“There have been some concerns about the ability of ride-hailing electric vehicles to provide the same level of service as gas-powered vehicles, due to more limited range and the time needed to charge,” the University of California, Davis, press team writes. “The study’s analysis showed those concerns are overstated, noting it found no statistical difference between the two technologies for ride-hailing companies.”
Lyft Going 100% Electric, & Number Fun
There were 2 million Lyft drivers as of Q3 2019. (I would assume the numbers are significantly lower now.) I’m finding a figure of around 3.9 million Uber drivers. DiDi, which just launched a robotaxi trial in Shanghai, has approximately 21 million drivers (for now).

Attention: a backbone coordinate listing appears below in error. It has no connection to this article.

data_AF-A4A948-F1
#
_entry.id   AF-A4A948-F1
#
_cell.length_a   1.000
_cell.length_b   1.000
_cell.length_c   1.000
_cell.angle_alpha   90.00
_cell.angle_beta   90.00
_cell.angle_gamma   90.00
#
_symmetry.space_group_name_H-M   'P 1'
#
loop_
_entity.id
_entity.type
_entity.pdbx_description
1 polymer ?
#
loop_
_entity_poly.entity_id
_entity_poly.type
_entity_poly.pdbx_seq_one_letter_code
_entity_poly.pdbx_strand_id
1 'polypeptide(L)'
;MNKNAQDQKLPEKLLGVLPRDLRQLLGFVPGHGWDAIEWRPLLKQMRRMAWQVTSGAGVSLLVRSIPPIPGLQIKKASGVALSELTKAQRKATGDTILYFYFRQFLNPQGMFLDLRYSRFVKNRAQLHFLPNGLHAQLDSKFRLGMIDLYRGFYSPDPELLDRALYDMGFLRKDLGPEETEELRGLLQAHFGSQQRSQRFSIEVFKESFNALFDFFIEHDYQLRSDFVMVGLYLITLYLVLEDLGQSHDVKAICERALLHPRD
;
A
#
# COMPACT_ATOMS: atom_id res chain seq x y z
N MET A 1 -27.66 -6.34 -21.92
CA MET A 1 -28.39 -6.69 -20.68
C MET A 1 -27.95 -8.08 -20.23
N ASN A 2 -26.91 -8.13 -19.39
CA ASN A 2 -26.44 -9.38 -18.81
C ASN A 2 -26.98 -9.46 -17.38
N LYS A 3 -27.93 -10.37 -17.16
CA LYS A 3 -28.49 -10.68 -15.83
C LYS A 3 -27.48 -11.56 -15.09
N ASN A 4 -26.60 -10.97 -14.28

To get more useful numbers, you’d want to know how many of these drivers are full-time versus part-time drivers, but this is just a broad exercise in number fun and fortune telling, so we can skip that for now.
If you assumed only a modest increase to 40 million Lyft, Uber, and DiDi drivers by 2025, and you assumed 50% of them had switched to electric cars (I think a safe assumptions given the operational savings available and the improving technology), that would be 20 million electric car drivers shuttling people around without directly producing any emissions, as opposed to 20 million gas or diesel cars polluting our streets.
Let’s hope Lyft’s 100% electric push inspired its drivers and those of other networks to look into the potential savings from driving electric and gets them to switch sooner.